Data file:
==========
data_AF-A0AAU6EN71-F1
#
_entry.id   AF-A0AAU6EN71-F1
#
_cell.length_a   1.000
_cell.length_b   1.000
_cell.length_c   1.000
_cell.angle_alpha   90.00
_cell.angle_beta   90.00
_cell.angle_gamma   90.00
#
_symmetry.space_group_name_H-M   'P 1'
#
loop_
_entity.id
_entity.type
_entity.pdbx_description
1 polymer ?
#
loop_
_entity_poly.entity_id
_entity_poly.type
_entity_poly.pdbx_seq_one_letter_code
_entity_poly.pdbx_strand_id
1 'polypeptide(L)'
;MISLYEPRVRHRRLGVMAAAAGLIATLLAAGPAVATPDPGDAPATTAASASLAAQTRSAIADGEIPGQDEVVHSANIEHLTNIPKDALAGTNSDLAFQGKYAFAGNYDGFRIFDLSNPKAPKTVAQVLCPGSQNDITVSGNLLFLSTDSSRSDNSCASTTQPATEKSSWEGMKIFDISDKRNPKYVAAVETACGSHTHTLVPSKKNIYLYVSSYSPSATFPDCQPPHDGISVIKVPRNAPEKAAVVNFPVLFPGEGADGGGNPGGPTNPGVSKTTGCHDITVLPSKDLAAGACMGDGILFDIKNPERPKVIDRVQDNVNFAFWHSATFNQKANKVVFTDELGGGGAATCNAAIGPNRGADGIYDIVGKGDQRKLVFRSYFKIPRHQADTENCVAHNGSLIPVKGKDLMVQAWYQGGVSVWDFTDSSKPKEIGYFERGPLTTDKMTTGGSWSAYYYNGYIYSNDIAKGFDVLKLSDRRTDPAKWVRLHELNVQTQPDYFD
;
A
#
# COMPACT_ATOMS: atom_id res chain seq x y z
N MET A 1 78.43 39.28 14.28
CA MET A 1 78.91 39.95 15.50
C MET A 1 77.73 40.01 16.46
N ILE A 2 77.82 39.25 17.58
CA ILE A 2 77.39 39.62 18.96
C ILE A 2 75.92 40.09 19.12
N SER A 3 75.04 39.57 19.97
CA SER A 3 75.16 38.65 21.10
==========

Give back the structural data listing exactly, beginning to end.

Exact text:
data_AF-A0AAU6EN71-F1
#
_entry.id   AF-A0AAU6EN71-F1
#
_cell.length_a   1.000
_cell.length_b   1.000
_cell.length_c   1.000
_cell.angle_alpha   90.00
_cell.angle_beta   90.00
_cell.angle_gamma   90.00
#
_symmetry.space_group_name_H-M   'P 1'
#
loop_
_entity.id
_entity.type
_entity.pdbx_description
1 polymer ?
#
loop_
_entity_poly.entity_id
_entity_poly.type
_entity_poly.pdbx_seq_one_letter_code
_entity_poly.pdbx_strand_id
1 'polypeptide(L)'
;MISLYEPRVRHRRLGVMAAAAGLIATLLAAGPAVATPDPGDAPATTAASASLAAQTRSAIADGEIPGQDEVVHSANIEHLTNIPKDALAGTNSDLAFQGKYAFAGNYDGFRIFDLSNPKAPKTVAQVLCPGSQNDITVSGNLLFLSTDSSRSDNSCASTTQPATEKSSWEGMKIFDISDKRNPKYVAAVETACGSHTHTLVPSKKNIYLYVSSYSPSATFPDCQPPHDGISVIKVPRNAPEKAAVVNFPVLFPGEGADGGGNPGGPTNPGVSKTTGCHDITVLPSKDLAAGACMGDGILFDIKNPERPKVIDRVQDNVNFAFWHSATFNQKANKVVFTDELGGGGAATCNAAIGPNRGADGIYDIVGKGDQRKLVFRSYFKIPRHQADTENCVAHNGSLIPVKGKDLMVQAWYQGGVSVWDFTDSSKPKEIGYFERGPLTTDKMTTGGSWSAYYYNGYIYSNDIAKGFDVLKLSDRRTDPAKWVRLHELNVQTQPDYFD
;
A
#
# COMPACT_ATOMS: atom_id res chain seq x y z
N MET A 1 78.43 39.28 14.28
CA MET A 1 78.91 39.95 15.50
C MET A 1 77.73 40.01 16.46
N ILE A 2 77.82 39.25 17.58
CA ILE A 2 77.39 39.62 18.96
C ILE A 2 75.92 40.09 19.12
N SER A 3 75.04 39.57 19.97
CA SER A 3 75.16 38.65 21.10